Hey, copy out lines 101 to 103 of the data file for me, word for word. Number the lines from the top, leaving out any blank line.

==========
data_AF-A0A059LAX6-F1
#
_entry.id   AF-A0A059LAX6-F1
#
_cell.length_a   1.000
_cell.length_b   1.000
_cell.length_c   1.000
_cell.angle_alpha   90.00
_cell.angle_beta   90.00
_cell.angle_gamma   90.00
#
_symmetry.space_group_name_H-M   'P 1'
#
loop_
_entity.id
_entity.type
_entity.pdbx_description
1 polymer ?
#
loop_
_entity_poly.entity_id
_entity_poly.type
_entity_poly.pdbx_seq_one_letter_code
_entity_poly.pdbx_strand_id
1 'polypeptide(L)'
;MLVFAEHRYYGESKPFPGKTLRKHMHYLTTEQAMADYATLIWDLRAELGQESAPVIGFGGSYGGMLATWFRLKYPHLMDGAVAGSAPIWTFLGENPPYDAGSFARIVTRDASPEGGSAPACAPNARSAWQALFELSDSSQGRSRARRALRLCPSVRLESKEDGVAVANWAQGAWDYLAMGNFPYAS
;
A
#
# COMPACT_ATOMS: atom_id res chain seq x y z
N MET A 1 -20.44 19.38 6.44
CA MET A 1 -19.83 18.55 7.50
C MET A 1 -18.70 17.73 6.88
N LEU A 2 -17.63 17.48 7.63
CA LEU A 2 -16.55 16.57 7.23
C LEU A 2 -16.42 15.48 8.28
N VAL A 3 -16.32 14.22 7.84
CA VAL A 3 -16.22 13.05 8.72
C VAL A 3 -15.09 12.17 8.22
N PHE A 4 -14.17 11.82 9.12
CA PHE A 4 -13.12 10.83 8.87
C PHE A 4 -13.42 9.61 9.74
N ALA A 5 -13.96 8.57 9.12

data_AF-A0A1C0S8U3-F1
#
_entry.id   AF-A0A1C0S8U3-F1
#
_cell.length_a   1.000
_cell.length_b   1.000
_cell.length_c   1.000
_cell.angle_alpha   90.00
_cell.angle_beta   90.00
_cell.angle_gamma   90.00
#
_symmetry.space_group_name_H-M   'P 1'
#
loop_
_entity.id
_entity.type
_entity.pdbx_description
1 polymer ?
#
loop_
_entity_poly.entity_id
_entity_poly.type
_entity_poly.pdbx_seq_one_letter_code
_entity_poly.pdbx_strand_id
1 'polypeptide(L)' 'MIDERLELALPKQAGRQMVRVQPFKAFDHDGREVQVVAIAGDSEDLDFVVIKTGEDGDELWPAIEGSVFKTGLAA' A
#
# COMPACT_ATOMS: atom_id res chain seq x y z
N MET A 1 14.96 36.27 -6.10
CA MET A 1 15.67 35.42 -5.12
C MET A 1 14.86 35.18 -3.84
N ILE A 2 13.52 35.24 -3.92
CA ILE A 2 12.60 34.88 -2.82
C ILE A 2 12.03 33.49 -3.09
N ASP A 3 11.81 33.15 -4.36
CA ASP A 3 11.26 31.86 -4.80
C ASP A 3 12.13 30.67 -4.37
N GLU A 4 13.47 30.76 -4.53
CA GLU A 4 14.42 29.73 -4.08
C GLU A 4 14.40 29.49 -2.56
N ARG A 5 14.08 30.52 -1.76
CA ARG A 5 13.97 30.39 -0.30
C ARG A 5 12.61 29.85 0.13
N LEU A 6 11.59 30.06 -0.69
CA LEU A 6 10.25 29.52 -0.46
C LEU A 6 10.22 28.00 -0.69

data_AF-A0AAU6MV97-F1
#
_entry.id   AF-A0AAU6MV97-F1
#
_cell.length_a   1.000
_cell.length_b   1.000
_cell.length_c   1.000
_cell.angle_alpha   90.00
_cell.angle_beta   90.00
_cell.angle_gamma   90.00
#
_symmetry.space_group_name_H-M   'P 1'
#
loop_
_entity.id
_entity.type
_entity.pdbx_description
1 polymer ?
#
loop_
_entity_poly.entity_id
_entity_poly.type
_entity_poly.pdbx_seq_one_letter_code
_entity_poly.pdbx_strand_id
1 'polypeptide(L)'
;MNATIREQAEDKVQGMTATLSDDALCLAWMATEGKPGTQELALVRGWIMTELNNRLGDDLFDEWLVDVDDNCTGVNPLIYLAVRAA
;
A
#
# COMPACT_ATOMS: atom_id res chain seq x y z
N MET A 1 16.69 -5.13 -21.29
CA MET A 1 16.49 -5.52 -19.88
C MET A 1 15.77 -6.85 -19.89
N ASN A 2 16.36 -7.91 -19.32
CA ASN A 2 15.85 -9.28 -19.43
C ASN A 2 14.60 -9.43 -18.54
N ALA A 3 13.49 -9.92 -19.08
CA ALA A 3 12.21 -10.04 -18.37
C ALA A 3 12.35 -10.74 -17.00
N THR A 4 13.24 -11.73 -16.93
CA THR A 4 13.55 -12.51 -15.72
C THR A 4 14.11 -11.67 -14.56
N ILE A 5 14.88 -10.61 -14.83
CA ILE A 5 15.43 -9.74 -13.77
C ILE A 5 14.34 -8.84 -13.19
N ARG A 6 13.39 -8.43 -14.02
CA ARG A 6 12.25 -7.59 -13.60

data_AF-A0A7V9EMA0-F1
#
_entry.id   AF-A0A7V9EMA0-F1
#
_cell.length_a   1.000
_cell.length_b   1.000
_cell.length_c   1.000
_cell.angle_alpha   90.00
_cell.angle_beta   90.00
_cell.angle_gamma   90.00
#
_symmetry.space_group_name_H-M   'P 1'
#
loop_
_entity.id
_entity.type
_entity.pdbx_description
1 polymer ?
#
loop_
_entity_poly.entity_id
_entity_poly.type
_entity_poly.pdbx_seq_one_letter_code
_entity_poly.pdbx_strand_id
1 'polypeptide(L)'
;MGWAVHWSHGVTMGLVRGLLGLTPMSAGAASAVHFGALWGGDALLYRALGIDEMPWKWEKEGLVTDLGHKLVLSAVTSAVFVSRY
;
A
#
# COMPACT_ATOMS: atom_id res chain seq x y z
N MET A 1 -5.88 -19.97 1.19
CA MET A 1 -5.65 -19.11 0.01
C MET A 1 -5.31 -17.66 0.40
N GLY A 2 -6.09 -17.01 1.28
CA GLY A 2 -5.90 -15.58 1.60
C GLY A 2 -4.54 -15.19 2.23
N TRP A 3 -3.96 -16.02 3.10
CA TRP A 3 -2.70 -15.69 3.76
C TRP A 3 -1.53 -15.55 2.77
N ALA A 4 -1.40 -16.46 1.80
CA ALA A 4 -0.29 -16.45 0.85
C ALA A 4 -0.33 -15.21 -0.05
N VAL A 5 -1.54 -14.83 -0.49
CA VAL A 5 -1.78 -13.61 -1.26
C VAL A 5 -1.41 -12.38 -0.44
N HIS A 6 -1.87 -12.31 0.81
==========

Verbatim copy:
#
loop_
_entity.id